Early Head Start programs provide family-centered services for low-income families with very young children. These programs are designed to promote the development of the children, and to enable their parents to fulfill their roles as parents and to move toward self-sufficiency.
Early Head Start programs provide similar services as preschool Head Start programs, but they are tailored for the unique needs of infants and toddlers. Early Head Start programs promote the physical, cognitive, social, and emotional development of infants and toddlers through safe and developmentally enriching caregiving. This prepares these children for continued growth and development and eventual success in school and life.
Following the general Head Start model, Early Head Start programs support parents, both mothers and fathers, in their role as primary caregivers and teachers of their children. Programs assist families in meeting their own personal goals and achieving self-sufficiency across a wide variety of domains, such as housing stability, continued education, and financial security.
Early Head Start programs also mobilize the local community to provide the resources and environment necessary to ensure a comprehensive, integrated array of services and support for children and families.
Early Head Start – Home-Based Option
The full range of EHS services are provided to pregnant moms and/or enrolled children and family through weekly home visits. The home visitor provides child-focused visits that promote the parents’ ability to support their child’s development. These visits last about an hour and a half each. About twice per month, the program offers opportunities for parents and children to come together as a group for learning, discussion, and social activity.
Early Head Start – Child Care Partnership (EHS-CCP)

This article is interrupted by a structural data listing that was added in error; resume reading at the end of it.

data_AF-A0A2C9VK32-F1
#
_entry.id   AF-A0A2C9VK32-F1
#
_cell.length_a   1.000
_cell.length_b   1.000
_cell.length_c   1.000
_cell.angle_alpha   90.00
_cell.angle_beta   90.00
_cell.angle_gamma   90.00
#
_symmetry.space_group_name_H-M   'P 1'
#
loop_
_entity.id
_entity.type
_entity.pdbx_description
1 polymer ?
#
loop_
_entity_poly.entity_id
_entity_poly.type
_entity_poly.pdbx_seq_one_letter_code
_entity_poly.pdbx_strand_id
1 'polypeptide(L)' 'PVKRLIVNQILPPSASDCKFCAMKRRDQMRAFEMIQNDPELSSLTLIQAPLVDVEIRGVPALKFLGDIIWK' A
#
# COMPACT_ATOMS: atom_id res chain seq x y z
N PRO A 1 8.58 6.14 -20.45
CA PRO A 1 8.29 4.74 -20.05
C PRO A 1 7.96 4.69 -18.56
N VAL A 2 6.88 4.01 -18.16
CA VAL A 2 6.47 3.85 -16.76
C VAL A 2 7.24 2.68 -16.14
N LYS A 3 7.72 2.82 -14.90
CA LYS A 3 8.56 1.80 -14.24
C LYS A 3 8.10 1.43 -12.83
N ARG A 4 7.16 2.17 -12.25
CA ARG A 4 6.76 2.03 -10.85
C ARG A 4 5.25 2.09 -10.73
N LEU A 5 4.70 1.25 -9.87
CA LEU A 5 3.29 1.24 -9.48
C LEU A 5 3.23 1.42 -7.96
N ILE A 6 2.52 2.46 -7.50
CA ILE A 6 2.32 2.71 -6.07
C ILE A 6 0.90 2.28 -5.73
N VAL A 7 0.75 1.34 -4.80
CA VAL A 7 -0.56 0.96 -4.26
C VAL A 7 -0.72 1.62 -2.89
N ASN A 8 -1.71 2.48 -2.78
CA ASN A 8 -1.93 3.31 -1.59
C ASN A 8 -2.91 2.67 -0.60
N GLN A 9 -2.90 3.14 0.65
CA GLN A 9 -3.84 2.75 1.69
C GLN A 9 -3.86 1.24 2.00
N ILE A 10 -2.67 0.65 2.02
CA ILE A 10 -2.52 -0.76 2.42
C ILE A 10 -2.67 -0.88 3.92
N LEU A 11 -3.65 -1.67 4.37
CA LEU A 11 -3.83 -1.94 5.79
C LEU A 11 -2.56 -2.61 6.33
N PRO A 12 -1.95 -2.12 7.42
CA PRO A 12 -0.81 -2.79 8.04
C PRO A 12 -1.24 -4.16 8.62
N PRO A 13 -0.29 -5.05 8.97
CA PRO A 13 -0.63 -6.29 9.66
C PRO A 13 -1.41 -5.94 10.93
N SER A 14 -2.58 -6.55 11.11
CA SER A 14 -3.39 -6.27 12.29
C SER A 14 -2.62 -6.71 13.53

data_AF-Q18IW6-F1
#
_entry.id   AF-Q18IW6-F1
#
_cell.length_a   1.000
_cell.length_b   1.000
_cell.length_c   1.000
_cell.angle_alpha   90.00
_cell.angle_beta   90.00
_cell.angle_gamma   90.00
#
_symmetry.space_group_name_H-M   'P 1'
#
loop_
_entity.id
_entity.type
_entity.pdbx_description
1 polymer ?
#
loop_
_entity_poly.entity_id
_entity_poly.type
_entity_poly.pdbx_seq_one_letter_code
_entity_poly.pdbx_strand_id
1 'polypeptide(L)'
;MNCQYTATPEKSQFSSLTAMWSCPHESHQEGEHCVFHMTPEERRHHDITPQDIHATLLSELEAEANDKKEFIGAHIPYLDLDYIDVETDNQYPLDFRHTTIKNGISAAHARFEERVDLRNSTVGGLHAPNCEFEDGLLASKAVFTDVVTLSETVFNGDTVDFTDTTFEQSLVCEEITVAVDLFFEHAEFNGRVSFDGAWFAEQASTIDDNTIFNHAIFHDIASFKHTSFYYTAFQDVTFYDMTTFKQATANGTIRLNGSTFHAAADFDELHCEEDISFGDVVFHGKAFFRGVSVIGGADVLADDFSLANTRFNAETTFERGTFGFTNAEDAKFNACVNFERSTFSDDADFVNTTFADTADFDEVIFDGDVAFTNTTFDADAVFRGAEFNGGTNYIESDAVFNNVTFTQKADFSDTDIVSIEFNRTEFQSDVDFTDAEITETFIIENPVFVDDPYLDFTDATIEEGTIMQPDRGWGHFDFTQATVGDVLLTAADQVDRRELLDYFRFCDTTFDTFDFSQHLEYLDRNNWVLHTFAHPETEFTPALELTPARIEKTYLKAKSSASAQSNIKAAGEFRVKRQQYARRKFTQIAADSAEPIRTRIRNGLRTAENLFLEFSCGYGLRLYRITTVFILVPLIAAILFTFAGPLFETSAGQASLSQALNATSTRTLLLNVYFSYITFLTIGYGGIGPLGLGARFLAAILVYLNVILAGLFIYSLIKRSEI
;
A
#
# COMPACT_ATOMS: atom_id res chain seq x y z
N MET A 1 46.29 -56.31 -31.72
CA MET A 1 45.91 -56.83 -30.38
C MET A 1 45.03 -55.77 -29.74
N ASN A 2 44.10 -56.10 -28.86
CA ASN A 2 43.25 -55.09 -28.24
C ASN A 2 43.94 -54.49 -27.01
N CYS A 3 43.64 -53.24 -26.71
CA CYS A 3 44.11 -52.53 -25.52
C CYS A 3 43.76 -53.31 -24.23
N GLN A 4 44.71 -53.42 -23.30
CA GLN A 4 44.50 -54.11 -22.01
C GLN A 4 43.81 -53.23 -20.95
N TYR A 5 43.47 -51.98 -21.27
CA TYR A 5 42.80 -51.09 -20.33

EHS-CCP is a collaborative partnership between Early Head Start and local child care providers. Partners consist of both family child care providers and center- based child care providers
Family child care services: Education and child development services are delivered to children primarily in a private home or family-like setting. Family child care providers operate sufficient hours to meet the child care needs of families and not less than 1,380 hours per year.
Family child care providers are licensed by the state, tribal, or local entity to provide services in their home or family-like setting. When state, tribal, or local requirements vary from Head Start requirements, the most stringent provision applies.
When there is one family child care provider, the maximum group size is six children and no more than two of the six may be under 24 months of age. When there is a provider and an assistant, the maximum group size is 12 children with no more than four of the 12 children under 24 months of age.
One family child care provider may care for up to four children younger than 36 months of age with a maximum group size of four children, and no more than two of the four children may be under 18 months of age.
Center-based services: Education and child development services are delivered primarily in classroom settings, which are located in an Early Head Start center, school, or child care center. Staff members also visit family homes at least twice per year.
Early Head Start centers generally provide 1,380 annual hours of classroom operations. A program that is designed to meet the needs of young parents enrolled in school settings may align it’s center-based program schedule during the school year with its public school and provide regular home-based services during the summer break.
The facilities used by a program meet state, tribal, or local licensing requirements, even if exempted by the licensing entity. When state, tribal, or local requirements vary from Head Start requirements, the most stringent provision takes precedence.
An Early Head Start class that serves children under 36 months old has two teachers with no more than eight children, or three teachers with no more than nine children. Each teacher is assigned consistent, primary responsibility for no more than four children to promote continuity of care for individual children. The program minimizes teacher changes throughout a child’s enrollment, whenever possible.